The Mental Health and Nutrition Research Group at Canterbury University was brought to our attention because of this short clip (also inserted below) highlighting a research project involving micronutrients and the possible impact these have on alleviating depression in humans. We noticed that there was no mention of animal models, so we got in touch with the group to find out more!
When we asked if this research was based on animal models, a member of the research group said:
“We don't conduct any studies on animals within our lab - or do any animal testing prior to receiving human ethical approval, and therefore all of the research that comes out of our lab is human-relevant.”
This is fantastic news as this is the kind of research we advocate – research that is species specific and humane. We focus a lot on what we are against, but we want to start making more of an effort to show you all what research looks like that we agree with. The human-relevant research conducted by the Mental Health and Nutrition Research Group appears to be both scientifically sound and humane.
The future of human health research is lab animal free and we’re excited to see what human-relevant research can lead to!
The studies currently underway on depression include:
- The Nutrients for Mental Health, Anxiety and Depression (NoMAD) Trial
The aim of this study is to find out if micronutrients have any effect on reducing the signs of depression in humans. The researchers have made it clear that medications work for some people and can save lives, but supplements containing micronutrients could be a less risky option to try out first in some cases. Find out more here.
- The NUTRIMUM Study
The aim of this study is to find out if a vitamin and mineral (micronutrient) supplement can improve low mood and anxiety in pregnant women. Find out more here.
The above studies will produce data that is relevant to humans, which is far better than any non-human animal model could ever achieve.
Human-relevant research isn’t a new concept for The Mental Health and Nutrition Research Group. Examples of past human-relevant research conducted by Research Group (including work from other researchers):
Mood disorders/emotional dysregulation:
- Kaplan, B. J., Simpson, J. S. A., Ferre, R. C., Gorman, C. P., McMullen, D. M., & Crawford, S. G. (2001). Effective mood stabilization with a chelated mineral supplement: An open-label trial in bipolar disorder. Journal of Clinical Psychiatry, 62(12), 936-944.
- Popper, C. W. (2001). Do vitamins or minerals (apart from lithium) have mood-stabilising effects? Journal of Clinical Psychiatry, 62(12), 933-935. https://www.psychiatrist.com/jcp/article/pages/2001/v62n12/v62n1203.aspx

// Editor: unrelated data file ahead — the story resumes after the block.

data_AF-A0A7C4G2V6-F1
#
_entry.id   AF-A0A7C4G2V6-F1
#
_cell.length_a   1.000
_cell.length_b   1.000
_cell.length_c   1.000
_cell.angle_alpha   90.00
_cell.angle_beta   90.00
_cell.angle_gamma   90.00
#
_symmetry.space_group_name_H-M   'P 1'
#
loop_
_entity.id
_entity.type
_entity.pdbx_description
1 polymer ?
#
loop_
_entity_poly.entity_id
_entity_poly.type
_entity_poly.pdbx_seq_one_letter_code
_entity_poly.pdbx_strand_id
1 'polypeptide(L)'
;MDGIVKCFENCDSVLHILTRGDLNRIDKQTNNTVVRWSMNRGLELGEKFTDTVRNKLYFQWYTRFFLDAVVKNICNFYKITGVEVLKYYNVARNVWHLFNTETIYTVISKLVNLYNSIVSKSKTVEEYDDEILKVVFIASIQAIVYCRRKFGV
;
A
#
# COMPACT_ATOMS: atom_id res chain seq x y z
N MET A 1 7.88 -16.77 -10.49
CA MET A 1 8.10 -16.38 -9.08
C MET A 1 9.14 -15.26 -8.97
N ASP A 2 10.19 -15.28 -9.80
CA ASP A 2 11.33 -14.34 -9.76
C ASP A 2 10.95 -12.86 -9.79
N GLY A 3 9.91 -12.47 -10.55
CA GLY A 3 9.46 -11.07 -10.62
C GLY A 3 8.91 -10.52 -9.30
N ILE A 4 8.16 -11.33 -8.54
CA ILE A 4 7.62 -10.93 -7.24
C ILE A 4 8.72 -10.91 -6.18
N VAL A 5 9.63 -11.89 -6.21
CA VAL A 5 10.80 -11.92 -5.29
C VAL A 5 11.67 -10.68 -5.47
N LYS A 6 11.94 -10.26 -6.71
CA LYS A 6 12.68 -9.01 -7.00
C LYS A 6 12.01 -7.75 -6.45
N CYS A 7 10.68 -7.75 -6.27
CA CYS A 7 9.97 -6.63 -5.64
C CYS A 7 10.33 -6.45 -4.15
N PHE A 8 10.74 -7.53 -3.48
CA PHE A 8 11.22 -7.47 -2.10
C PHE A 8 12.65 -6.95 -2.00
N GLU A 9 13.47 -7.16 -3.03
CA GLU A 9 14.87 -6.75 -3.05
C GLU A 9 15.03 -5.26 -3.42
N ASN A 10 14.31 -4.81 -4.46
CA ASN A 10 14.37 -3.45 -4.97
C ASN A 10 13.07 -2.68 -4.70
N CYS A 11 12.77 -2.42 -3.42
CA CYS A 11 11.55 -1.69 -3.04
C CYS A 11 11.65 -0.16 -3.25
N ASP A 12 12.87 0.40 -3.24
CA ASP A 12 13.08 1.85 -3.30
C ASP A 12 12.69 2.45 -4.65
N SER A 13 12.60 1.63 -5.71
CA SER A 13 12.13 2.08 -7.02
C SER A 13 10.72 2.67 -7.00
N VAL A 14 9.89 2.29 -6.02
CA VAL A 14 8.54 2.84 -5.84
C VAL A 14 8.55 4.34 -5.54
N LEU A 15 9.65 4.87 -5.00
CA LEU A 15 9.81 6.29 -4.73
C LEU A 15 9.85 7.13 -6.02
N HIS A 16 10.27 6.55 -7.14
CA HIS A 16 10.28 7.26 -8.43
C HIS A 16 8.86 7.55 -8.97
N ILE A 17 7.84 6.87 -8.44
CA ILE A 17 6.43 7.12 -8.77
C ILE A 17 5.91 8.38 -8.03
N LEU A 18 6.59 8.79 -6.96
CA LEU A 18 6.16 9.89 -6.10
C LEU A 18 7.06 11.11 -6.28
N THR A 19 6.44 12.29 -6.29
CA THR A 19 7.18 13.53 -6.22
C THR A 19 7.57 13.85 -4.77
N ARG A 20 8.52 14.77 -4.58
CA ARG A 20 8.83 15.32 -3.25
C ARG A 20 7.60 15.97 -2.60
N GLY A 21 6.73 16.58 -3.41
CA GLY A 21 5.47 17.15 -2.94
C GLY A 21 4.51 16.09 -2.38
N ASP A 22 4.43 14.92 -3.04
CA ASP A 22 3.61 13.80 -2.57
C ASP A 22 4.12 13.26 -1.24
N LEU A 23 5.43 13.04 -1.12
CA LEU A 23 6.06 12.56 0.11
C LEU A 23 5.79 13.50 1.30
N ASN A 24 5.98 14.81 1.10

- Kaplan, B. J., Crawford, S. G., Gardner, B., & Farrelly, G. (2002). Treatment of mood lability and explosive rage with minerals and vitamins: two case studies in children. Journal of Child and Adolescent Psychopharmacology, 12(3), 205-219.
- Rucklidge, J. J. (2009). Successful treatment of OCD with a micronutrient formula following partial response to CBT: A case study. Journal of Anxiety Disorders, 23: 836–840.
- Rucklidge, J. J., Johnstone, J., Harrison, R., & Boggis, A. (2011). Micronutrients reduce stress and anxiety following a 7.1 earthquake in adults with Attention-Deficit/Hyperactivity Disorder. Psychiatry Research, 189, 281-287. doi:10.1016/j.psychres.2011.06.016
- Mehl-Madrona, L., Leung, B., Kennedy, C., Paul, S. & Kaplan, B. J. (2010). A naturalistic case-control study of micronutrients versus standard medication management in autism. Journal of Child and Adolescent Psychopharmacology, 20(2):95-103. https://www.ncbi.nlm.nih.gov/pubmed/20415604
- Rucklidge, J. J., & Harrison, R. (2010). Successful treatment of Bipolar Disorder II and ADHD with a micronutrient formula: A case study. CNS Spectrums, 15(5):289-295.
- Rucklidge, J. J., Taylor, M. R., Whitehead, K. A. (2011). Effect of micronutrients on behaviour and mood in adults with ADHD: Evidence from an 8-week open label trial with natural extension. Journal of Attention Disorders, 15(1), 79-91.
- Rodway M, Vance A, Watters A, Lee H, Bos E, Kaplan BJ (2012). Efficacy and cost of micronutrient treatment of childhood psychosis. BMJ Case Rep. 2012 Nov 9;2012. https://www.ncbi.nlm.nih.gov/pmc/articles/PMC4543964/
- Kaplan, B. J., Isaranuwatchai, W., & Hoch, J. S. (2017). Hospitalization cost of conventional psychiatric care compared to broad-spectrum micronutrient treatment: literature review and case study of adult psychosis. Int J Ment Health Syst, 11, 14. https://link.springer.com/article/10.1186/s13033-017-0122-x
- Harrison, R., Rucklidge, J. J., & Blampied, N. (2013). Use of micronutrients attenuates cannabis and nicotine abuse as evidenced from a reversal design: A case study. Journal of Psychoactive Drugs, 45(2), 1-11. https://www.ncbi.nlm.nih.gov/pubmed/23909004
- Rucklidge, J. J., Frampton, C., Gorman, B., & Boggis, A. (2014). Vitamin-mineral treatment of ADHD in adults: A double-blind, randomized, placebo controlled trial. British Journal of Psychiatry, 204, 306-315. http://bjp.rcpsych.org/cgi/pmidlookup?view=long&pmid=24482441
- Lothian, J. A, Blampied, N., & Rucklidge, J. J. (2016). Effect of Micronutrients on Insomnia in Adults: A Multiple-Baseline Design. Clinical Psychological Science. http://cpx.sagepub.com/content/early/2016/05/21/2167702616631740.abstract
- Kaplan BJ, Leaney C, Tsatsko E (2016). Micronutrient treatment of emotional dyscontrol following traumatic brain injury: A case study. Annals of Psychiatry and Mental Health, 4(5): 1078. https://www.jscimedcentral.com/Psychiatry/psychiatry-4-1078.pdf